Perhaps more than any previous January, I’ve been struck this year by the number of people who’ve kept their nativity scenes on display until today’s Feast. In uncertain times, when many are distanced from those they love, when many are anxious about their health and the future, we need to prolong the unchanging truth that God entered our world, keeping it, literally, before our eyes in the crib.
The manger, of course, is a sign that we are not alone. God is with us. In His Son, God enters into our life so that we can enter into His life. In the words of St Athanasius, ‘The Son of God became human so that we might become God,’ ‘wanting,’ says St Thomas Aquinas, ‘to make us sharers in his divinity.’ (cf CCC 460)
Whatever our struggles, or whatever dislocation we feel humanly or spiritually, the birth of the Christ-child closes the gap between us and God with a bridge of limitless love. God gifts Himself to the world, inviting us to live in, through, and for, Christ. And our joyful acceptance lights the pathway of hope which can never be eclipsed.
Today, with Mary and Joseph, with Anna and Simeon, we enter the Temple with our forty-day-old infant Saviour. Liturgical time has brought us quickly from the Epiphany and Baptism of the Lord to His public ministry. But today, we go back to the beginning, to the early days of God’s foothold on our planet. As the mid-winter darkness slowly subsides, we proclaim Christ as the eternal light that banishes the gloom. Christ; who is salvation in person, for all the world to perceive. Christ; who is divine love in person, for all the world to receive.
On this twenty-fifth World Day of Consecrated Life, we thank God for the women and men who hear and live the Lord’s invitation and offer themselves in the temple of His Church. How blessed are we by everyone who follows the call to consecrated life in all its beautiful variety. To each of our consecrated religious sisters and brothers in our Archdiocese, I want to extend a heartfelt thank you for your witness and dedication. And with particular honour, we recognise those celebrating significant jubilees of profession this year. How magnificent is your faithfulness, your prayer, and your generosity.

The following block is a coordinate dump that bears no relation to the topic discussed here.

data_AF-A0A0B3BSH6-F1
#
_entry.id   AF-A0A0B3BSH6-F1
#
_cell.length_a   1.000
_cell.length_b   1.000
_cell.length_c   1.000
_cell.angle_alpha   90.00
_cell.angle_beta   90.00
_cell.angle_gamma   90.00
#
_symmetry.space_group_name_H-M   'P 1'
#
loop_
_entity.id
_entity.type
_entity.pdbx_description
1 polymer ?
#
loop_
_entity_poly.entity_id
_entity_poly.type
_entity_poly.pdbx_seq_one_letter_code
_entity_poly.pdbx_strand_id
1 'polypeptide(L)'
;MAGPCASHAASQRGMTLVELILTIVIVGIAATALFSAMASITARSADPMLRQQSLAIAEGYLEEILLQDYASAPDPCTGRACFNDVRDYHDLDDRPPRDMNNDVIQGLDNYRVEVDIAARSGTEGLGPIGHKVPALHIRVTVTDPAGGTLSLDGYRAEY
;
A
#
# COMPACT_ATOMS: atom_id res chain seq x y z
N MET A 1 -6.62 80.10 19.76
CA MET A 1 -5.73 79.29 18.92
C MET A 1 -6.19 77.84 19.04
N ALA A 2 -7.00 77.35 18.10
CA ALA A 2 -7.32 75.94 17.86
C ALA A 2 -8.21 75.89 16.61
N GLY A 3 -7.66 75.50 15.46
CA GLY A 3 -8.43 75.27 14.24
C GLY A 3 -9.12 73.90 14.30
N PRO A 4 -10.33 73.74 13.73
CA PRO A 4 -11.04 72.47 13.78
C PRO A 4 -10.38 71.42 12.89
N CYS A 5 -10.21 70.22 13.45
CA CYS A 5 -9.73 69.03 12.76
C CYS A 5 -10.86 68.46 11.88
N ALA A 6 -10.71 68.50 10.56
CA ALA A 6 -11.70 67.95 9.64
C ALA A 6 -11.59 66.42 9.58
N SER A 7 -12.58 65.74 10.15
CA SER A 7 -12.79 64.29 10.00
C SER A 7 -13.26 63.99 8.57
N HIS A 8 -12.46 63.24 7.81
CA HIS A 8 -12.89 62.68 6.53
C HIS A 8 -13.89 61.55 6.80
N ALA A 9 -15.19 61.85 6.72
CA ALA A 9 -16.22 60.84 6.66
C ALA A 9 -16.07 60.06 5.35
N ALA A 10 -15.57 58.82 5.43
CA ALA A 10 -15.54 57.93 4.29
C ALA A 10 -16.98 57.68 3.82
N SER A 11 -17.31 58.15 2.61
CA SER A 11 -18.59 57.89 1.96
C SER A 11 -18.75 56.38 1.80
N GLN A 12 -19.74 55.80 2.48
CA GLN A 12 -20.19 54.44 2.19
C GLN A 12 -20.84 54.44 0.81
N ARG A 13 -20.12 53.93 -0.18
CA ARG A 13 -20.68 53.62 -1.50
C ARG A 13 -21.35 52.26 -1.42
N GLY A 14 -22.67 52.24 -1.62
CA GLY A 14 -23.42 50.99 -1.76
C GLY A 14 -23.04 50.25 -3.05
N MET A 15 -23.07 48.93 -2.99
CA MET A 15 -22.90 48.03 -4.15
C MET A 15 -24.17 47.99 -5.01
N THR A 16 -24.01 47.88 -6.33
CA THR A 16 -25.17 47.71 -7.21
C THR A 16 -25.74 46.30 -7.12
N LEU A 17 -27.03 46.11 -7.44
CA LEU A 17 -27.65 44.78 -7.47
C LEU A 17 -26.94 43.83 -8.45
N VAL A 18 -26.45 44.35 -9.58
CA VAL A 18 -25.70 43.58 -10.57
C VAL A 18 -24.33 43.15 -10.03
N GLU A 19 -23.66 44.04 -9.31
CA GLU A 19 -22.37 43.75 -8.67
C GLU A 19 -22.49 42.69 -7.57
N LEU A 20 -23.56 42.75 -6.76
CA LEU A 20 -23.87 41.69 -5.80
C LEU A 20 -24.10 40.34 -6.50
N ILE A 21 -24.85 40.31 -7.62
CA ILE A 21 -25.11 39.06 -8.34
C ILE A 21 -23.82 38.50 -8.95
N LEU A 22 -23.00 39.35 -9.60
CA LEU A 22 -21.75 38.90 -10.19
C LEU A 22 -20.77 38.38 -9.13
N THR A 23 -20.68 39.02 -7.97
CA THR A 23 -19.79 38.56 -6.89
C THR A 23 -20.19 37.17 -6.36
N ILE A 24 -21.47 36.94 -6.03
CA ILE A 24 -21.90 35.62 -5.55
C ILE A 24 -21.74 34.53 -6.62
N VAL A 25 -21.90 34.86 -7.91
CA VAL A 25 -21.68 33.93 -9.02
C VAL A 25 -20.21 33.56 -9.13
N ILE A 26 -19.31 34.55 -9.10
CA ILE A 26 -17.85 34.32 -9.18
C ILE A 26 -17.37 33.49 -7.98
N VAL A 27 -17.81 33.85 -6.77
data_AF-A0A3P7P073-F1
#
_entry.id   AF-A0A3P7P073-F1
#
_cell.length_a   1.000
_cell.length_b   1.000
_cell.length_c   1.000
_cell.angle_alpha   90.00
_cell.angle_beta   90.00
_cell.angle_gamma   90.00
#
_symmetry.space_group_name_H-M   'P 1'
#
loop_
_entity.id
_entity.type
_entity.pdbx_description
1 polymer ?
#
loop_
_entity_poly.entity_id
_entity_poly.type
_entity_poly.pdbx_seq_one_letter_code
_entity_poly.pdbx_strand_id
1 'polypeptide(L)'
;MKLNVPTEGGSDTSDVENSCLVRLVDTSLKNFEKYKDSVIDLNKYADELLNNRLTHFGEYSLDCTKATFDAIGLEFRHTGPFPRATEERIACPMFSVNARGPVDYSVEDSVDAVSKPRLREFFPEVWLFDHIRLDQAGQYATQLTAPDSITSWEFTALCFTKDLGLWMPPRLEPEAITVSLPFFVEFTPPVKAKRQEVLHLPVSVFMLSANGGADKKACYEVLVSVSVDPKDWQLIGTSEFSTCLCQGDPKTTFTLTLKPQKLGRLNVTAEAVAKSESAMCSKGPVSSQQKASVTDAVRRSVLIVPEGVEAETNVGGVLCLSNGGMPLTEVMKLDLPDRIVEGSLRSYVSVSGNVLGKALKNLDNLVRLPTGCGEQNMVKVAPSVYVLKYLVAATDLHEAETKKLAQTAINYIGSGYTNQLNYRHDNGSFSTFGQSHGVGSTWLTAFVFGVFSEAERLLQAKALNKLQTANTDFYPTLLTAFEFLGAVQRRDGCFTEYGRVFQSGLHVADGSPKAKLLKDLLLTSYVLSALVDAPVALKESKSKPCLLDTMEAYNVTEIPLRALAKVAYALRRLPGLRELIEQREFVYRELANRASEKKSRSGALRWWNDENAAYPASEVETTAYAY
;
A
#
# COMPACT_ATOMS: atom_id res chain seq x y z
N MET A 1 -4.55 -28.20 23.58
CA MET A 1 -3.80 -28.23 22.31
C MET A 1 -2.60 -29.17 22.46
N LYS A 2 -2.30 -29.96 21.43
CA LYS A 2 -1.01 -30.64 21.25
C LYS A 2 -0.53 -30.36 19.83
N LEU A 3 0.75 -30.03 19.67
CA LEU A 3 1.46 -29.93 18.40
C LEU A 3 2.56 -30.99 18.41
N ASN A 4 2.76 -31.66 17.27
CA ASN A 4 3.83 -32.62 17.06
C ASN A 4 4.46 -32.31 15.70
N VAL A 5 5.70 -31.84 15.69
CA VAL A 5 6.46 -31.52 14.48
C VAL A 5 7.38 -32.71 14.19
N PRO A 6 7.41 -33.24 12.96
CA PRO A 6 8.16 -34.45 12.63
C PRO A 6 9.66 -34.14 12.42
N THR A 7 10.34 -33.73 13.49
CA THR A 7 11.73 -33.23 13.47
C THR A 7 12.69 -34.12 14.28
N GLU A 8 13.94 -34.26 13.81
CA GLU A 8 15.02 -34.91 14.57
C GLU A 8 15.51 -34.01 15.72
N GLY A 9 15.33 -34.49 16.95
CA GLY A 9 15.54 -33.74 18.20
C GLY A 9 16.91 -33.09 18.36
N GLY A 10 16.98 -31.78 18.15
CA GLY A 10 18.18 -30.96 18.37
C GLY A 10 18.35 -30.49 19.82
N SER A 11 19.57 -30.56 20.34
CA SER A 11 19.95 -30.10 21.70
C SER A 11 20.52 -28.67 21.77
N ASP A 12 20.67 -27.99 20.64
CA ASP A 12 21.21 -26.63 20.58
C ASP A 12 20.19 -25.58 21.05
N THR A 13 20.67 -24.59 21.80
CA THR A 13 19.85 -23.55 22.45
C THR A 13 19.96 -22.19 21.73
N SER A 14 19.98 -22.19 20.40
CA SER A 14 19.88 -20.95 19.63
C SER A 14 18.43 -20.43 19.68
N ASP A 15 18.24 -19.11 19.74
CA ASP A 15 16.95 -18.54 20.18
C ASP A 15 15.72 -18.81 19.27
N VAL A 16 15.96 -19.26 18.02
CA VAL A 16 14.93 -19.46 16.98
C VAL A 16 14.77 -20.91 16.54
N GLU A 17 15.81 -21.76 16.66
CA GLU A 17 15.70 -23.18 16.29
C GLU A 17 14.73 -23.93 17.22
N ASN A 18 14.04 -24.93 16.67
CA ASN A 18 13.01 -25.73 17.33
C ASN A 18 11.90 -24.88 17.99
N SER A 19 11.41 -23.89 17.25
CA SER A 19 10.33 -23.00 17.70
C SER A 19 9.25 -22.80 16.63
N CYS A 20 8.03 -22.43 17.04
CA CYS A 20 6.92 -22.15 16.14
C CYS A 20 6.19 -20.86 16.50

Today, I invite all our consecrated women and men to return back to the beginning, to the very personal early days of the gift of your vocation. Recall, for a moment, the first time you sensed the Lord’s call to you to follow Him with an undivided heart. Who was the first person to confirm they too recognised the Lord was tugging at your heartstrings? Let your inner being re-live how and when the Lord captured you for Himself; how He brought you to that place of definitive commitment, asking you to give your life to Him as your first love, and the apple of your eye.
Dear sisters and brothers, what began then continues now. Never lose the freshness and the wonder of the Lord’s choice of you. Unlikely candidates we may be; unworthy, imperfect, and sometimes slow to learn. But here’s the truth: the Lord has chosen us, the Lord has chosen you. And, even more than this, in each and every present moment, the Lord chooses us, He chooses you. His call is ever new, alive and vibrant, keeping us young in spirit, even as the years pass.
Your continuing consecration to the Lord demands a continuing sacrifice. Yes, the beautiful offerings of poverty, chastity and obedience, through which we truly find selfless wealth, love, and freedom. But also an ongoing and sacrificial giving of ourselves after the pattern of Christ’s servanthood.
Those consecrated to the Lord see in the weak and the poor, in the sick and the suffering, in the stranger and the dispossessed, the Christ-child needing to held and loved. Those consecrated to the Lord speak of the Christ-child with tender affection, with words and actions that lift hearts broken, afraid, desperate, or rejected. Our prayer overflows into service. Our evangelising missionary discipleship feeds bodies and souls. Living for Christ means giving for Christ, and Him seen in the other without exclusion or exception.
When they presented the child Jesus in the Temple, Mary and Joseph made the sacrifice of the ‘anawim,’ of the Lord’s poor ones. They were not rich enough to make the usual offering of a young lamb, and gave instead ‘a pair of turtle doves or young pigeons.’ And yet, in actual fact, they did offer a lamb, the lamb who reconciles, heals, and redeems our fractured humanity.
Pointing to the Lord Jesus, St John the Baptist would say: ‘Look, there is the Lamb of God, who takes away the sins of the world.’ St John’s vocation, like yours, is to point to Christ. You are signposts of the kingdom. You are witnesses to the overflow of grace. You are sisters and brothers with and for us, who make Christ known, loved, and served here among us. Your strength comes from Christ whose sacrifice is re-presented in the Mass, whose presence is prolonged in the Eucharist. On the altar, and in the tabernacle, with St John the Baptist and all the saints, together we point and say ‘Here is the lamb of God,’ who awaits, meets, comforts and feeds His beloved believing people.
Anna and Simeon were prompted by the Spirit to enter the Temple. They were enlightened by the Spirit to recognise and announce the Lord Jesus as Saviour. May the same Holy Spirit prompt and enlighten you, dear sisters and brothers, to embody for others the light and glory of Christ.